An Ohio workers' comp attorney provides the details
Hearing loss that's sustained on the job can have long-term consequences since once your ability to hear is gone, it's often irreversible. Losing your hearing at work can happen slowly over time or due to an acute accident. Regardless, hearing loss (whether it's in one ear or both) is a serious medical condition that affects over 20,000 U.S. workers every year. Loss of hearing due to workplace exposure also accounts for nearly 25% of all reported hearing loss in the United States.
If you suffered hearing loss in one or both of your ears while on the job, you have the right to seek workers' compensation benefits. The problem is it can be hard to navigate the system, sift through the paperwork, and get all the benefits you're entitled to. That's why after you report your injury to your supervisor, you should talk to a workers' comp lawyer in your area who can fight to get you the benefits you need and deserve.
How many employees suffer from hearing loss while on the job?
According to the Centers for Disease Control and Prevention, occupational hearing loss is among the most common types of work-related injuries. Research suggests that an estimated 12% of workers in the U.S. have problems with their hearing, including 8% who suffer from tinnitus, which is characterized by a ringing in the ears. The data also shows that 4% of U.S. workers have both hearing loss and tinnitus.
Every year, roughly 22 million workers are exposed to hazardous noise levels while on the job while over 30 million workers are exposed to ototoxic (hazardous to the ear) chemicals.
Which professions cause hearing loss the most?
Any occupation that exposes an employee to loud noises and/or hazardous chemicals increases the risk of work-related hearing loss. The CDC defines noise as "hazardous" when it reaches at least 85 decibels, or if it's hard to hear or talk to someone who is within an arm's length away (about 3 feet, for reference).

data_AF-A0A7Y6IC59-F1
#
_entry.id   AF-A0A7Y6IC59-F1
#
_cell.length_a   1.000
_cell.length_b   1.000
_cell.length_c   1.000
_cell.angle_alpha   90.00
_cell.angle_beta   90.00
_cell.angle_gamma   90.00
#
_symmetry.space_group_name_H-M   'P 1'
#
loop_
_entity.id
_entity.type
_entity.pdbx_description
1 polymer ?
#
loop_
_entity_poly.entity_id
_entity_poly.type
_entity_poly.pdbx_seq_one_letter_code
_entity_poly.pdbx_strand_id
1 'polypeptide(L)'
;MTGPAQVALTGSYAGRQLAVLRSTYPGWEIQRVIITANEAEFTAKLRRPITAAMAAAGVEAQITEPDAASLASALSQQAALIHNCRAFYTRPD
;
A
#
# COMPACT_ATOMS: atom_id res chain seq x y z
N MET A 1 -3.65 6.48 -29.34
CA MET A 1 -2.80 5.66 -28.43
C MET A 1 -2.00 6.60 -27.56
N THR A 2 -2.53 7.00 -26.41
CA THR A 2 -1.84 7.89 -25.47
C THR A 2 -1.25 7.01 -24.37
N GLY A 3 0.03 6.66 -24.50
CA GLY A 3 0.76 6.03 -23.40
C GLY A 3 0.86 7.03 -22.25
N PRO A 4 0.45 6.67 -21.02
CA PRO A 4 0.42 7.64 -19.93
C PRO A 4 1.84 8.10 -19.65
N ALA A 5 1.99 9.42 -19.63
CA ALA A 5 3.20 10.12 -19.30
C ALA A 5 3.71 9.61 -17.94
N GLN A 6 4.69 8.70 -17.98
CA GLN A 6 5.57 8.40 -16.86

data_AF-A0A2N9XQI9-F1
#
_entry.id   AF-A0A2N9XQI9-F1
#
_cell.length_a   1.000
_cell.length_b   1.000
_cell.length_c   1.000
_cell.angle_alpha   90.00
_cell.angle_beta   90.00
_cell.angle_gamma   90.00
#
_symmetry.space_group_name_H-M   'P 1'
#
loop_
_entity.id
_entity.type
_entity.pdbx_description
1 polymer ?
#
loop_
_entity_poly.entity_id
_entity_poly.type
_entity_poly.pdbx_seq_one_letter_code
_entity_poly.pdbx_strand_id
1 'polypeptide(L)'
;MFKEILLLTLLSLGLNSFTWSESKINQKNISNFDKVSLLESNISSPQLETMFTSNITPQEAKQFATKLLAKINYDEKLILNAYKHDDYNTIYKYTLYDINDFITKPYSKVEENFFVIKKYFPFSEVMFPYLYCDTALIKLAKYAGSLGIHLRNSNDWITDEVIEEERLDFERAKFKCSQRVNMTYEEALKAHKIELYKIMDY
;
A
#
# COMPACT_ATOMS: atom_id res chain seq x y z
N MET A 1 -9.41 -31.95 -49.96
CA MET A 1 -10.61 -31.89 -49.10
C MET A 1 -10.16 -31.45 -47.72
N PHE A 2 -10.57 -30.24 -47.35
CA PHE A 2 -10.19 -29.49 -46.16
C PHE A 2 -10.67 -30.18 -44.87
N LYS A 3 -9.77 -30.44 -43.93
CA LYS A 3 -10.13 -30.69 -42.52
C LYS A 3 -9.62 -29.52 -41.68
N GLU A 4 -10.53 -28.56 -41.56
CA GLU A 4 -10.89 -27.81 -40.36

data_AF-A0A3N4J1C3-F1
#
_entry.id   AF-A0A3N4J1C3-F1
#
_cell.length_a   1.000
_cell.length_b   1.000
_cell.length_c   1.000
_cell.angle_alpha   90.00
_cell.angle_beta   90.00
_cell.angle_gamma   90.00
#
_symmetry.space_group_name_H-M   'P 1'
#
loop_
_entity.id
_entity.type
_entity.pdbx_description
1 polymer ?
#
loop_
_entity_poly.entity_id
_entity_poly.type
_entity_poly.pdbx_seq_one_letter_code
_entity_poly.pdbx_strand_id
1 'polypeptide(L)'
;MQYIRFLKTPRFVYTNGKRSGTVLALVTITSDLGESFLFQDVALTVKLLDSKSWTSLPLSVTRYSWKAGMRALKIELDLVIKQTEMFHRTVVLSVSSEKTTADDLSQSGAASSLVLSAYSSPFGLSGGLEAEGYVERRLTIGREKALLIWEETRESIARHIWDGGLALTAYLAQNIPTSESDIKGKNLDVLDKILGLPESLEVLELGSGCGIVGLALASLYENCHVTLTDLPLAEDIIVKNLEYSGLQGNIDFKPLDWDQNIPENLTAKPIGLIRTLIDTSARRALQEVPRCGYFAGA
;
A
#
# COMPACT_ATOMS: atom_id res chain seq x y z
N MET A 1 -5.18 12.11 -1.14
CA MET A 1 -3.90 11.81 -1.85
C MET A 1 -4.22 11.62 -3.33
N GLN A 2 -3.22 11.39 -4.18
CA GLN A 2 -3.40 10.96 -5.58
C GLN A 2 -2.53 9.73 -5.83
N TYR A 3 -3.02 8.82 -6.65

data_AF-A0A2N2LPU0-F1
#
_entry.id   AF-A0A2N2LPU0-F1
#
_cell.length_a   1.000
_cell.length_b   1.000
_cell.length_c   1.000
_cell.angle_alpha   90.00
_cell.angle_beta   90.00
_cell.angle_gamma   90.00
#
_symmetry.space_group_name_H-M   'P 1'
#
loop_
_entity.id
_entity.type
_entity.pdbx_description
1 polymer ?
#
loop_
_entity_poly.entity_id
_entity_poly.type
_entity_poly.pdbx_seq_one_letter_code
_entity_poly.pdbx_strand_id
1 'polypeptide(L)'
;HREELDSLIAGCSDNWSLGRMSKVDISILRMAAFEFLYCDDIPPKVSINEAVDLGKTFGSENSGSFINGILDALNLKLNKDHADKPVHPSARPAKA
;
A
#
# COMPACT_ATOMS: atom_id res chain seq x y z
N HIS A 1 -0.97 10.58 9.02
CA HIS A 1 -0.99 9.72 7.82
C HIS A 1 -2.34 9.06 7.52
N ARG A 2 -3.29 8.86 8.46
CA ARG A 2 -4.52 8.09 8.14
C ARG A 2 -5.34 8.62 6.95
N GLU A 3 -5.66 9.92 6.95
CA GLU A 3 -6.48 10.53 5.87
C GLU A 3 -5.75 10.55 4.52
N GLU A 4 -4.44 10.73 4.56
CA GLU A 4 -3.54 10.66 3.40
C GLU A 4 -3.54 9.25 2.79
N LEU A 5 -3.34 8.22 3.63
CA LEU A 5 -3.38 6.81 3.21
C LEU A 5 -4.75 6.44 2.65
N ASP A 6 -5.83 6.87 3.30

Exposure to certain ototoxic chemicals can also cause damage to the ear and result in hearing loss, especially chemical solvents (styrene, toluene, trichloroethylene); lead, mercury, organic tin and other metals; asphyxiants (hydrogen cyanide, carbon monoxide); nitriles (acrylonitrile, 3-Butenenitrile); and antineoplastic agents along with other pharmaceuticals
Those who are most at risk include:
- Factory Workers
- Warehouse Workers
- Construction Workers
- Maintenance Workers
- Entertainment Workers
- Emergency Medical Technicians / Ambulance Drivers
- Airline Workers
- Entertainment Workers (e.g., someone who works in the music or sports industry)
Regardless of your occupation, if you think you're suffering from work-related hearing loss, it's critical that you seek immediate medical attention and take steps to protect your rights as an injured worker.
An attorney can make sure your needs are heard loud and clear
It doesn't matter if you lost your hearing over time or as the result of a single on-the-job accident. Under Ohio law, you can file a claim with the Ohio Bureau of Workers' Compensation to cover the cost of your medical bills, a portion of your lost wages, and your rehabilitation. This includes the cost of things like hearing aids, as well as batteries and service.
Depending on the severity of your hearing loss (e.g., whether it's a total loss of hearing/permanent hearing loss in one ear), your workers' comp claim may be significant. The last thing you need is for someone to question the severity of your hearing loss or argue that it wasn't sustained within the scope of your work. You also shouldn't have to stress over the confusing application process or worry about missing important deadlines.
At Hochman & Plunkett, our attorneys can take care of everything while you focus your energy on recovering and getting the support you need.
Contact us today for a free consultation with an experienced Ohio workers' compensation lawyer. We have offices located in Dayton, Cincinnati, Springfield, and Troy.